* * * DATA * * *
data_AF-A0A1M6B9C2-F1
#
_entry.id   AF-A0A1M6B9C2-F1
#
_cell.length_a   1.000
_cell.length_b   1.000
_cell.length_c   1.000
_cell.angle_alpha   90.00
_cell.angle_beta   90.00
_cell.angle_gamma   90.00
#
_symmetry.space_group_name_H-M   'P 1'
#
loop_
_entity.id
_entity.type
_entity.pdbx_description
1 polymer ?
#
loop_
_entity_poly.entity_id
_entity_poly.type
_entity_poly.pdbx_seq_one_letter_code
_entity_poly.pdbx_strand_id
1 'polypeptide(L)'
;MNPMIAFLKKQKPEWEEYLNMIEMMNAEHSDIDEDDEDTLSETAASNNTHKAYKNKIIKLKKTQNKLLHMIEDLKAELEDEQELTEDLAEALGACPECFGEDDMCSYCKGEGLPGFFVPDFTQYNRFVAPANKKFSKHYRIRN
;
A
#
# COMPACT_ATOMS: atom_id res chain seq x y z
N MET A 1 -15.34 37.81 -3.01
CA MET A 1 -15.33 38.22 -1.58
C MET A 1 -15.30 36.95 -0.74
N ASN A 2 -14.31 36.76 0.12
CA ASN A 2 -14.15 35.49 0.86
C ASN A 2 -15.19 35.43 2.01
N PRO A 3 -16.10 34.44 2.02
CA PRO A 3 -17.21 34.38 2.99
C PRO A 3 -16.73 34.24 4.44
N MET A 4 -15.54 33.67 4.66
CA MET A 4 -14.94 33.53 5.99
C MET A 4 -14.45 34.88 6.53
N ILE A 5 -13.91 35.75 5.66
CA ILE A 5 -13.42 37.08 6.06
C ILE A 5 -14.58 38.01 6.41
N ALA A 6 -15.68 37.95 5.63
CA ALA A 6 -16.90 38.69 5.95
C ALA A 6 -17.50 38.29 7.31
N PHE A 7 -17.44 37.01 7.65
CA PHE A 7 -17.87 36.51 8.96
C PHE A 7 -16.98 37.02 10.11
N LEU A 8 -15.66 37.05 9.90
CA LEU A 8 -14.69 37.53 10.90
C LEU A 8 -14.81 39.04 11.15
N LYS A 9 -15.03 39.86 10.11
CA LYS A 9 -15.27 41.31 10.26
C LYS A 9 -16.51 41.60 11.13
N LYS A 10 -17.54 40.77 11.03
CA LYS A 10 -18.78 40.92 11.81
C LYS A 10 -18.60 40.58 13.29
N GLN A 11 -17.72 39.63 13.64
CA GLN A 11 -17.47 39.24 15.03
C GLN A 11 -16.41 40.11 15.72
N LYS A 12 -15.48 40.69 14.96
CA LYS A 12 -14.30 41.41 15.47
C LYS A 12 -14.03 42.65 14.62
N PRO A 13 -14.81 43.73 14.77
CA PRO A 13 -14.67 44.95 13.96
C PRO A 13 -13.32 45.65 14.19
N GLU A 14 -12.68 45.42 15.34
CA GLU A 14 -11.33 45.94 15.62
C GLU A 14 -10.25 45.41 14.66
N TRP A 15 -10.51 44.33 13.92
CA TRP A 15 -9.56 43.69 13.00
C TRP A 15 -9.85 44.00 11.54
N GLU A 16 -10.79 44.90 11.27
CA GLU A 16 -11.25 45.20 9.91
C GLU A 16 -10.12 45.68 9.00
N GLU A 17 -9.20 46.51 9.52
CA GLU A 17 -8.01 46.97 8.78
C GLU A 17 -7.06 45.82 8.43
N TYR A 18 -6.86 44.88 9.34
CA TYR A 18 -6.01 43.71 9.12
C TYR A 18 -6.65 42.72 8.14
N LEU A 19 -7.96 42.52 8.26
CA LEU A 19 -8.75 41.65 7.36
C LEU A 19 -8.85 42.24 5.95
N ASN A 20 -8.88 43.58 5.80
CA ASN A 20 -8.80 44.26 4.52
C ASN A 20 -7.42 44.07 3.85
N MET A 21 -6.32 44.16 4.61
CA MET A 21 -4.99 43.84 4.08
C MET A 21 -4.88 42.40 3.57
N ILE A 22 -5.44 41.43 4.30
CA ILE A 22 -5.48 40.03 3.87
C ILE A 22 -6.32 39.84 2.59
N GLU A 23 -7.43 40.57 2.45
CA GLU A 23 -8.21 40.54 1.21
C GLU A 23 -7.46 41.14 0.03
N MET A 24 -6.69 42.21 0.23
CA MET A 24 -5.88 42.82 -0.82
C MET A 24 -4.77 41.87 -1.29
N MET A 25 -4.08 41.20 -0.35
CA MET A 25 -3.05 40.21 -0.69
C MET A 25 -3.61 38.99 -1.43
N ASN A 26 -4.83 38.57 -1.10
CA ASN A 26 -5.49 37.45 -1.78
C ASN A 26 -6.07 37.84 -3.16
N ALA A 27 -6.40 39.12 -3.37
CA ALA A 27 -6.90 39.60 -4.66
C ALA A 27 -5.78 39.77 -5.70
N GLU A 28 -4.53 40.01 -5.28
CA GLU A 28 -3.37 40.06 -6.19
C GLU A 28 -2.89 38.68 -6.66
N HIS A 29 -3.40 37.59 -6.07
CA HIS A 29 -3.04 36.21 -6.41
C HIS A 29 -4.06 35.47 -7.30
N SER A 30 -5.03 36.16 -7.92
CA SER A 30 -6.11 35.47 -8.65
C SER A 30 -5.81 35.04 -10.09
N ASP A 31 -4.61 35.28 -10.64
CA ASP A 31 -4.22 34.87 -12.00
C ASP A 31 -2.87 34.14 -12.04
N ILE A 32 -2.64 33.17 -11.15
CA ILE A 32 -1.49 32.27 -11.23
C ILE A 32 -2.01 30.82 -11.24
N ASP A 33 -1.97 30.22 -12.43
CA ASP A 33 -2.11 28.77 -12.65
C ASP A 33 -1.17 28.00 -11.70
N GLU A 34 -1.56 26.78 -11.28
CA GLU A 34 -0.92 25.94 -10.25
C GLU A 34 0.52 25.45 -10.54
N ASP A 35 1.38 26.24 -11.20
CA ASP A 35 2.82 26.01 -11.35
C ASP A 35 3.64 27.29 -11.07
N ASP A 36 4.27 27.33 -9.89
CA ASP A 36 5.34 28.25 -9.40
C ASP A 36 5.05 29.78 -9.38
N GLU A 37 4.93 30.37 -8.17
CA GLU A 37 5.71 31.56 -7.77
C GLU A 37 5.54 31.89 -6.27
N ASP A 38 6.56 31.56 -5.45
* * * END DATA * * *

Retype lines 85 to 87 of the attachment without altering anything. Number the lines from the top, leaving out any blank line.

N LEU A 19 -7.96 42.52 8.26
CA LEU A 19 -8.75 41.65 7.36
C LEU A 19 -8.85 42.24 5.95